follow Dictionary.com

What is the X in X-mas?

beckon

[bek-uh n] /ˈbɛk ən/
verb (used with object), verb (used without object)
1.
to signal, summon, or direct by a gesture of the head or hand.
2.
to lure; entice.
noun
3.
a nod, gesture, etc., that signals, directs, summons, indicates agreement, or the like.
Origin
950
before 950; Middle English beknen, Old English gebē(a)cnian, derivative of bēacen beacon
Related forms
beckoner, noun
beckoningly, adverb
unbeckoned, adjective
Synonyms
1. motion, wave, gesture, bid, nod. 2. invite, attract, draw, coax, tempt, tantalize, allure, beguile.
Dictionary.com Unabridged
Based on the Random House Dictionary, © Random House, Inc. 2014.
Cite This Source
Examples from the web for beckoning
  • Her cephalothorax lowers, he dances with the rising sun as if beckoning the light to share in this moment.
  • Despite their vulgar display, their beckoning rainbow of color, they are barren.
  • The eye-catching motels, with their beckoning neon signs, are a stylistic extension of the boardwalk.
  • Follow the arc of that horseshoe and the cliffs peer over you all the way, forbidding and beckoning at once.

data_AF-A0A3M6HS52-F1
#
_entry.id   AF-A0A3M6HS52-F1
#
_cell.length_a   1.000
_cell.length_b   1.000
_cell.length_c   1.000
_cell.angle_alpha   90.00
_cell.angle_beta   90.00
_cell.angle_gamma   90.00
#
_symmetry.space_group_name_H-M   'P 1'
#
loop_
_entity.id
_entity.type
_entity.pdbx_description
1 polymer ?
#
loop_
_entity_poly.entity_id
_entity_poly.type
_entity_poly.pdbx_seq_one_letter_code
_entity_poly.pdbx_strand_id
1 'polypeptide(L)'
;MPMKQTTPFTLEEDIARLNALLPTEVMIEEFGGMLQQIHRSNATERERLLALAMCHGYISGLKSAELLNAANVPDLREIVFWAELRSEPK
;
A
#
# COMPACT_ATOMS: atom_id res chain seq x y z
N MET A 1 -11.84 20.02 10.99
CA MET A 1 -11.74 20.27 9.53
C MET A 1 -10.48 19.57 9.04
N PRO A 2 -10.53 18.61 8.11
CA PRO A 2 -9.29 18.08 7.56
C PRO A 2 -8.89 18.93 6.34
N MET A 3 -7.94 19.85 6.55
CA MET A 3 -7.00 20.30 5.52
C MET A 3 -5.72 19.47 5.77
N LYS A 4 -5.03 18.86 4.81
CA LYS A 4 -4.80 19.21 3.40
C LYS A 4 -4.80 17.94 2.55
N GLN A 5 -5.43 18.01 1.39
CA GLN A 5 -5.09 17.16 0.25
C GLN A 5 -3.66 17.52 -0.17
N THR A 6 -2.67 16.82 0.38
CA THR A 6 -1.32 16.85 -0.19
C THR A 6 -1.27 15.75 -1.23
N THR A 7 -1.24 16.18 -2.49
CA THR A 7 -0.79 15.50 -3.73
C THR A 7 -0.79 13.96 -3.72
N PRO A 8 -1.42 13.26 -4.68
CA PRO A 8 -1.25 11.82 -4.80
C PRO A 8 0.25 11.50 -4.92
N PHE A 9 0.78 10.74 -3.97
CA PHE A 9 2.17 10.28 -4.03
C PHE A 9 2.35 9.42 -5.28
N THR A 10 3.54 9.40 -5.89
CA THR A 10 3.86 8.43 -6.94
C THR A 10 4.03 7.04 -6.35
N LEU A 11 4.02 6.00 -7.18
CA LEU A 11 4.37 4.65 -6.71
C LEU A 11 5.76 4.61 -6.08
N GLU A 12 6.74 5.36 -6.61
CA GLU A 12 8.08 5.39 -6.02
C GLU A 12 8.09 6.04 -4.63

• He would have been running or beckoning me back if these guys were anything but gentle.
  • To your amazement, they jump out and lie across the potholes, beckoning you to drive your car over them.
  • The banner floating in the morning breeze was the beckoning gesture of his country.
  • Summer's here, school's out and nature is beckoning.
  • They are beckoning the working poor and courting the thousands of single mothers abandoning the welfare rolls.
  • Our friend went into the police station nearby to ask for directions, and soon was beckoning to us.
British Dictionary definitions for beckoning

beckon

/ˈbɛkən/
verb
1.
to summon with a gesture of the hand or head
2.
to entice or lure
noun
3.
a summoning gesture
Derived Forms
beckoner, noun
beckoning, adjective, noun
Word Origin
Old English bīecnan, from bēacen sign; related to Old Saxon bōknian; see beacon
Collins English Dictionary - Complete & Unabridged 2012 Digital Edition
© William Collins Sons & Co. Ltd. 1979, 1986 © HarperCollins
Publishers 1998, 2000, 2003, 2005, 2006, 2007, 2009, 2012
Cite This Source
Word Origin and History for beckoning

beckon

v.

Old English gebecnian (West Saxon beacnian) "to make a mute sign," derivative of beacen "a sign, beacon," from Proto-Germanic *bauknjan (cf. Old Saxon boknian, Old High German bouhnen), from PIE root *bha- "to shine" (see beacon). Related: Beckoned; beckoning. The noun is attested from 1718, from the verb.

Online Etymology Dictionary, © 2010 Douglas Harper
Cite This Source

Word of the Day

Difficulty index for beckon

Some English speakers likely know this word

Word Value for beckoning

18
23
Scrabble Words With Friends

Quotes with beckoning